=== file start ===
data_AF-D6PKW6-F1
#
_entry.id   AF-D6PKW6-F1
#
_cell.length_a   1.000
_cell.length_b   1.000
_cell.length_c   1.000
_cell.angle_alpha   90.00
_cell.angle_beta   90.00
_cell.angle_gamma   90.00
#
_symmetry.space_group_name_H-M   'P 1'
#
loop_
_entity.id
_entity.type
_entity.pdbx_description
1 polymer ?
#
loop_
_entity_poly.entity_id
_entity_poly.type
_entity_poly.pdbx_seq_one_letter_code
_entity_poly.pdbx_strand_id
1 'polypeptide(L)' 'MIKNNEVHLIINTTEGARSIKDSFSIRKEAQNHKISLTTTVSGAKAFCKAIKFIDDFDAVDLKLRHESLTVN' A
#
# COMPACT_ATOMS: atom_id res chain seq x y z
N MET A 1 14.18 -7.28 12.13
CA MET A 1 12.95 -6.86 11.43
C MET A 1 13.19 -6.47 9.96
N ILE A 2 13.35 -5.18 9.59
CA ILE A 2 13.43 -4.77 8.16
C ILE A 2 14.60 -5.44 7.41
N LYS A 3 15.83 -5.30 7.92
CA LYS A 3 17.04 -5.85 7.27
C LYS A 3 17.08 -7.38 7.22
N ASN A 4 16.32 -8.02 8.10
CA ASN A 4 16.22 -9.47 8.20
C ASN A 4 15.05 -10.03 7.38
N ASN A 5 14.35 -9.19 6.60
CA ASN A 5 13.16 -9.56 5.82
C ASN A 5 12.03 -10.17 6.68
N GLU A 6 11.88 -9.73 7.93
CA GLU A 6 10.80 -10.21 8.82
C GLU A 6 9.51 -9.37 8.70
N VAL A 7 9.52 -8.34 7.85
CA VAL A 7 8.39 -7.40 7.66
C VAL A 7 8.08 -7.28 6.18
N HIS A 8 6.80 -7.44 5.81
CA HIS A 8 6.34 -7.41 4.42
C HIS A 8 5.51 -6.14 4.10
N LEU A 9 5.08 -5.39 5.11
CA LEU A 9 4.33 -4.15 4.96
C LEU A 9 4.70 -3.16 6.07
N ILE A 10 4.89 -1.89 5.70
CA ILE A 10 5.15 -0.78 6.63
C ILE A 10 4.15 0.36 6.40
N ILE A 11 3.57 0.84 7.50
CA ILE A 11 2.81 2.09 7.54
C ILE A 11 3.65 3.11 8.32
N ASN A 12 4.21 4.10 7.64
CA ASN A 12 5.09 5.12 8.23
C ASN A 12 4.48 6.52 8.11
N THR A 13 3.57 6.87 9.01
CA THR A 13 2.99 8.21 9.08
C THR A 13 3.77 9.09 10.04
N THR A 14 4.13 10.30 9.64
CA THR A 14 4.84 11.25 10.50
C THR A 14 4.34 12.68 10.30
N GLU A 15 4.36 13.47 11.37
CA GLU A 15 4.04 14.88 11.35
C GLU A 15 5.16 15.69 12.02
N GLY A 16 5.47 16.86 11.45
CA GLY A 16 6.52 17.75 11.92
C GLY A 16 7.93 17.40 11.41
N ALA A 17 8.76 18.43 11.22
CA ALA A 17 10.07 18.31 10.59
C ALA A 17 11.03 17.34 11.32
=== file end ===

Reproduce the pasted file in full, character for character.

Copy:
data_AF-D6PKW6-F1
#
_entry.id   AF-D6PKW6-F1
#
_cell.length_a   1.000
_cell.length_b   1.000
_cell.length_c   1.000
_cell.angle_alpha   90.00
_cell.angle_beta   90.00
_cell.angle_gamma   90.00
#
_symmetry.space_group_name_H-M   'P 1'
#
loop_
_entity.id
_entity.type
_entity.pdbx_description
1 polymer ?
#
loop_
_entity_poly.entity_id
_entity_poly.type
_entity_poly.pdbx_seq_one_letter_code
_entity_poly.pdbx_strand_id
1 'polypeptide(L)' 'MIKNNEVHLIINTTEGARSIKDSFSIRKEAQNHKISLTTTVSGAKAFCKAIKFIDDFDAVDLKLRHESLTVN' A
#
# COMPACT_ATOMS: atom_id res chain seq x y z
N MET A 1 14.18 -7.28 12.13
CA MET A 1 12.95 -6.86 11.43
C MET A 1 13.19 -6.47 9.96
N ILE A 2 13.35 -5.18 9.59
CA ILE A 2 13.43 -4.77 8.16
C ILE A 2 14.60 -5.44 7.41
N LYS A 3 15.83 -5.30 7.92
CA LYS A 3 17.04 -5.85 7.27
C LYS A 3 17.08 -7.38 7.22
N ASN A 4 16.32 -8.02 8.10
CA ASN A 4 16.22 -9.47 8.20
C ASN A 4 15.05 -10.03 7.38
N ASN A 5 14.35 -9.19 6.60
CA ASN A 5 13.16 -9.56 5.82
C ASN A 5 12.03 -10.17 6.68
N GLU A 6 11.88 -9.73 7.93
CA GLU A 6 10.80 -10.21 8.82
C GLU A 6 9.51 -9.37 8.70
N VAL A 7 9.52 -8.34 7.85
CA VAL A 7 8.39 -7.40 7.66
C VAL A 7 8.08 -7.28 6.18
N HIS A 8 6.80 -7.44 5.81
CA HIS A 8 6.34 -7.41 4.42
C HIS A 8 5.51 -6.14 4.10
N LEU A 9 5.08 -5.39 5.11
CA LEU A 9 4.33 -4.15 4.96
C LEU A 9 4.70 -3.16 6.07
N ILE A 10 4.89 -1.89 5.70
CA ILE A 10 5.15 -0.78 6.63
C ILE A 10 4.15 0.36 6.40
N ILE A 11 3.57 0.84 7.50
CA ILE A 11 2.81 2.09 7.54
C ILE A 11 3.65 3.11 8.32
N ASN A 12 4.21 4.10 7.64
CA ASN A 12 5.09 5.12 8.23
C ASN A 12 4.48 6.52 8.11
N THR A 13 3.57 6.87 9.01
CA THR A 13 2.99 8.21 9.08
C THR A 13 3.77 9.09 10.04
N THR A 14 4.13 10.30 9.64
CA THR A 14 4.84 11.25 10.50
C THR A 14 4.34 12.68 10.30
N GLU A 15 4.36 13.47 11.37
CA GLU A 15 4.04 14.88 11.35
C GLU A 15 5.16 15.69 12.02
N GLY A 16 5.47 16.86 11.45
CA GLY A 16 6.52 17.75 11.92
C GLY A 16 7.93 17.40 11.41
N ALA A 17 8.76 18.43 11.22
CA ALA A 17 10.07 18.31 10.59
C ALA A 17 11.03 17.34 11.32